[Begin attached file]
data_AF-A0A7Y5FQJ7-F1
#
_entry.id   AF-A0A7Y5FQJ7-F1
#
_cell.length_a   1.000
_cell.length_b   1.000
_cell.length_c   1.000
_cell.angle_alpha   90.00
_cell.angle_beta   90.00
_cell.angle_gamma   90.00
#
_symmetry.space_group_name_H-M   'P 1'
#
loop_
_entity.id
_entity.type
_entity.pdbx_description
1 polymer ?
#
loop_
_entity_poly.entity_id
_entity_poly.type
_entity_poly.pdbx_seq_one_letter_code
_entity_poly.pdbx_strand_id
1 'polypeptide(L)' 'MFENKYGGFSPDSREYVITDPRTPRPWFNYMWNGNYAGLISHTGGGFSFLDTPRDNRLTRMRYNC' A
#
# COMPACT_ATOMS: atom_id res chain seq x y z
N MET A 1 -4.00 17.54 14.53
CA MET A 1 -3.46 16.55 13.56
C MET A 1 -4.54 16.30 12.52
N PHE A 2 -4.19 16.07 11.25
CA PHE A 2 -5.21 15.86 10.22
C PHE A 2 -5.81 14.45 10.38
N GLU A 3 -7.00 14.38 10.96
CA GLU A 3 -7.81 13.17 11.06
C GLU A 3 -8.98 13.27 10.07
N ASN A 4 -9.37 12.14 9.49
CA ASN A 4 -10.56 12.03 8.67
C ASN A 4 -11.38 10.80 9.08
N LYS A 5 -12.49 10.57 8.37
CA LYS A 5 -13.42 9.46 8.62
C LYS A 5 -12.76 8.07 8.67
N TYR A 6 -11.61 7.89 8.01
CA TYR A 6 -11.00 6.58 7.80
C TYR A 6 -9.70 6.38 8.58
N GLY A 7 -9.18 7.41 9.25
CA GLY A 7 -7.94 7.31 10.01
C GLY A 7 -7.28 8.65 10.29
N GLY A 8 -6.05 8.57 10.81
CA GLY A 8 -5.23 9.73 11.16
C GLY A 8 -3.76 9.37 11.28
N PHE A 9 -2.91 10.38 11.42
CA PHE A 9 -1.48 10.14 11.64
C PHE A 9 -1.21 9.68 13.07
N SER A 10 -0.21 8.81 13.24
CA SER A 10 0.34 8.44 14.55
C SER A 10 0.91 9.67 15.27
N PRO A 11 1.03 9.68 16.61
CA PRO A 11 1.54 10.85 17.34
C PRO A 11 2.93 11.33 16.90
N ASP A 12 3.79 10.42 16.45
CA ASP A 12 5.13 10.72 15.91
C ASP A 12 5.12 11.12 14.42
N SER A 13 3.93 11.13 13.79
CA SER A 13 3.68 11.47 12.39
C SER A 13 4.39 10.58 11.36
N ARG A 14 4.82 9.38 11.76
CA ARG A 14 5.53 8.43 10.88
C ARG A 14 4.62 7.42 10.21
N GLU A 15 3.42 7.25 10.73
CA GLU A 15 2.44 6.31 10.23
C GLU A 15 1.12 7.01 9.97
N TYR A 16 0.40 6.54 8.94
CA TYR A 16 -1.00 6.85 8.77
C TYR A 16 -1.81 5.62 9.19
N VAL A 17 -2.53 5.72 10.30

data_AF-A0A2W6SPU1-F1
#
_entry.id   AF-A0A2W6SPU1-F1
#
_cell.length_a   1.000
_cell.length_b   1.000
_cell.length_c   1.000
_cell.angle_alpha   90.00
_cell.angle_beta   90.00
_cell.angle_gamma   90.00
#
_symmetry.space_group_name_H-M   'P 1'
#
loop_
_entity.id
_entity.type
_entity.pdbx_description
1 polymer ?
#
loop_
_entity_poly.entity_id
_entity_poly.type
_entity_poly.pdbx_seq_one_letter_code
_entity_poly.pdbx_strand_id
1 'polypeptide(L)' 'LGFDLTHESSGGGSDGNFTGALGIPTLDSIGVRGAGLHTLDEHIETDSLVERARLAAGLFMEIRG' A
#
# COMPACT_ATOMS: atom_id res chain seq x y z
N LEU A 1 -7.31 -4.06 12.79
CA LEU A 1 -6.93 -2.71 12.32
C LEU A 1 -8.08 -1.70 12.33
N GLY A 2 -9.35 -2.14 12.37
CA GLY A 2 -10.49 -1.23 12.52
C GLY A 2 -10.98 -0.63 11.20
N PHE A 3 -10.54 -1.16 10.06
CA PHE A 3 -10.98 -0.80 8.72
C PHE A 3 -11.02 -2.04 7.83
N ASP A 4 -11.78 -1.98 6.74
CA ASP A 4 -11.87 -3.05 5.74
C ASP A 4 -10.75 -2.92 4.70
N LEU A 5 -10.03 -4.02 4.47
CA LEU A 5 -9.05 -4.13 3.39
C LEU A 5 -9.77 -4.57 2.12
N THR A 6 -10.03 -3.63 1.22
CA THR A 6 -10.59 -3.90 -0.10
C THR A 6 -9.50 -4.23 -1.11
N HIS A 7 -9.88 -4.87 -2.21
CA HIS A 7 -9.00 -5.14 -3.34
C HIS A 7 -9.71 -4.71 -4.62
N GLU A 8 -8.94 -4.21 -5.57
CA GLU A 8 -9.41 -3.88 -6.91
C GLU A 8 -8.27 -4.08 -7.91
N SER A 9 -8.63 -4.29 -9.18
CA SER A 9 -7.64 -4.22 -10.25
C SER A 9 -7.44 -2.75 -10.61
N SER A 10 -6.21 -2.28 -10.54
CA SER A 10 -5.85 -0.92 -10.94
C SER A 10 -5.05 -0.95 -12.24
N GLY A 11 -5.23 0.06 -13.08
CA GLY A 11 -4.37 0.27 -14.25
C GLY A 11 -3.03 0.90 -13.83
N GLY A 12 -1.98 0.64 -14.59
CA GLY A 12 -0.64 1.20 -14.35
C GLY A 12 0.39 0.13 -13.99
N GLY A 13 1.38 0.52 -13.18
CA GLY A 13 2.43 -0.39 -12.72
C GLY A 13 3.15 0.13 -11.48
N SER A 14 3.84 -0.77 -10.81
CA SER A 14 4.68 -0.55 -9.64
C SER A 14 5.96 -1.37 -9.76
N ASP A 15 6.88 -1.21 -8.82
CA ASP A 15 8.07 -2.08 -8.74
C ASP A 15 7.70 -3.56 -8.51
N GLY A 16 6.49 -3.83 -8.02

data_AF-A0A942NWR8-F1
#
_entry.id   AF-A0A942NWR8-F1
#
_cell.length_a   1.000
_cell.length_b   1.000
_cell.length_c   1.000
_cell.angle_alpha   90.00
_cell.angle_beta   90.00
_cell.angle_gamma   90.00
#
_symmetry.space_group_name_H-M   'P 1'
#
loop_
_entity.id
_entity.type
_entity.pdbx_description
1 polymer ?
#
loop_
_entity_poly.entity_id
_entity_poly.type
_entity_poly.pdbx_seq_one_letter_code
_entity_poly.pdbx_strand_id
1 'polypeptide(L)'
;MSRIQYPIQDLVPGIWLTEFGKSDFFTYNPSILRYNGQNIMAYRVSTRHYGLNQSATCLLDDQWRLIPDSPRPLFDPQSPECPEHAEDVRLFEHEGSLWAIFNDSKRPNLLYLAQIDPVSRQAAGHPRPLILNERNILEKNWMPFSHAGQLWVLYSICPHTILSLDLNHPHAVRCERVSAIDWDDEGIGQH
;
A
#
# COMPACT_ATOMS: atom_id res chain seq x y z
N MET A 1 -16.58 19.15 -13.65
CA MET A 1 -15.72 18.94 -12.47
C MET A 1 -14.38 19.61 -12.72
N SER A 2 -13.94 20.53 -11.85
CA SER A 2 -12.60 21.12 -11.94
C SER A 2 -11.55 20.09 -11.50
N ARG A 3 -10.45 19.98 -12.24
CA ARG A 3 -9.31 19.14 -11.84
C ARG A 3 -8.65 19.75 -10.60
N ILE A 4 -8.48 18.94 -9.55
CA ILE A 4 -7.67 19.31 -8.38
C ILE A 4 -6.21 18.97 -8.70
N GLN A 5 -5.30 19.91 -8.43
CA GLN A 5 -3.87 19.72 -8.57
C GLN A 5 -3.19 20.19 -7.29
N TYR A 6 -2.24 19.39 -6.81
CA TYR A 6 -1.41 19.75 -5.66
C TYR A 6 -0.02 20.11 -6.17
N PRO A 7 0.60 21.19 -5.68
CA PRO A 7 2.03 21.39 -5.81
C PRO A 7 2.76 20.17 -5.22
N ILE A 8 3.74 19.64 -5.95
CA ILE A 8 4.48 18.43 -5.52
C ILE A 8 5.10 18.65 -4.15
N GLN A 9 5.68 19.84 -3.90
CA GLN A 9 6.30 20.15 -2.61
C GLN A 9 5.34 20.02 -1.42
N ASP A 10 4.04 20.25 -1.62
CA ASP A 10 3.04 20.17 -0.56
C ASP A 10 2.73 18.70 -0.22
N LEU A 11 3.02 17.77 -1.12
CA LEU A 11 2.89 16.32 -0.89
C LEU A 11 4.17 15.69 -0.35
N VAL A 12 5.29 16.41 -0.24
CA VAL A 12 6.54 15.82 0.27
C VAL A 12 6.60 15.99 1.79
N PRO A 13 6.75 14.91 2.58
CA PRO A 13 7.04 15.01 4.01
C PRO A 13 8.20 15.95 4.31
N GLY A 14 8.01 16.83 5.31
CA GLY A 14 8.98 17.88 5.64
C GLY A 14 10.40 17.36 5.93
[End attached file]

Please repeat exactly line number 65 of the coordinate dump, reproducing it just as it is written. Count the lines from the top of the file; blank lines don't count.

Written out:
CA SER A 13 3.68 11.47 12.39